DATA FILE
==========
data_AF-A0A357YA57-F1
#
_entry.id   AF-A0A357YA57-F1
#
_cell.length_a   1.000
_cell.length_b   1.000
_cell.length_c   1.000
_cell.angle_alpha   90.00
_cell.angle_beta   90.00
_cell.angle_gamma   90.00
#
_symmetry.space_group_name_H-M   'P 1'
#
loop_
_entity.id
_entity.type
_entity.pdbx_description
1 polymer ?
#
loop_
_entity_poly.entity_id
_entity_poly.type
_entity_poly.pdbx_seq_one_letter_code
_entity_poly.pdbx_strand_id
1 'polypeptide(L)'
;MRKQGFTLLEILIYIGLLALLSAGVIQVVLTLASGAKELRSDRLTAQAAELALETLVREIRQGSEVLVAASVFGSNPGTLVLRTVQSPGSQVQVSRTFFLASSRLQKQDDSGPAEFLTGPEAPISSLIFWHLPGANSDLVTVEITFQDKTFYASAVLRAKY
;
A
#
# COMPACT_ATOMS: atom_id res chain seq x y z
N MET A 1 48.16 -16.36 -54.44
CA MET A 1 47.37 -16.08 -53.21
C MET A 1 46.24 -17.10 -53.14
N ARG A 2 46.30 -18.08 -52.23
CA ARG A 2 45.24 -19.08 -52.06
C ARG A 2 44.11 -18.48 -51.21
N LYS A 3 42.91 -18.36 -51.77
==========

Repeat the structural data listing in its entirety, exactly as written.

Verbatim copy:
data_AF-A0A357YA57-F1
#
_entry.id   AF-A0A357YA57-F1
#
_cell.length_a   1.000
_cell.length_b   1.000
_cell.length_c   1.000
_cell.angle_alpha   90.00
_cell.angle_beta   90.00
_cell.angle_gamma   90.00
#
_symmetry.space_group_name_H-M   'P 1'
#
loop_
_entity.id
_entity.type
_entity.pdbx_description
1 polymer ?
#
loop_
_entity_poly.entity_id
_entity_poly.type
_entity_poly.pdbx_seq_one_letter_code
_entity_poly.pdbx_strand_id
1 'polypeptide(L)'
;MRKQGFTLLEILIYIGLLALLSAGVIQVVLTLASGAKELRSDRLTAQAAELALETLVREIRQGSEVLVAASVFGSNPGTLVLRTVQSPGSQVQVSRTFFLASSRLQKQDDSGPAEFLTGPEAPISSLIFWHLPGANSDLVTVEITFQDKTFYASAVLRAKY
;
A
#
# COMPACT_ATOMS: atom_id res chain seq x y z
N MET A 1 48.16 -16.36 -54.44
CA MET A 1 47.37 -16.08 -53.21
C MET A 1 46.24 -17.10 -53.14
N ARG A 2 46.30 -18.08 -52.23
CA ARG A 2 45.24 -19.08 -52.06
C ARG A 2 44.11 -18.48 -51.21
N LYS A 3 42.91 -18.36 -51.77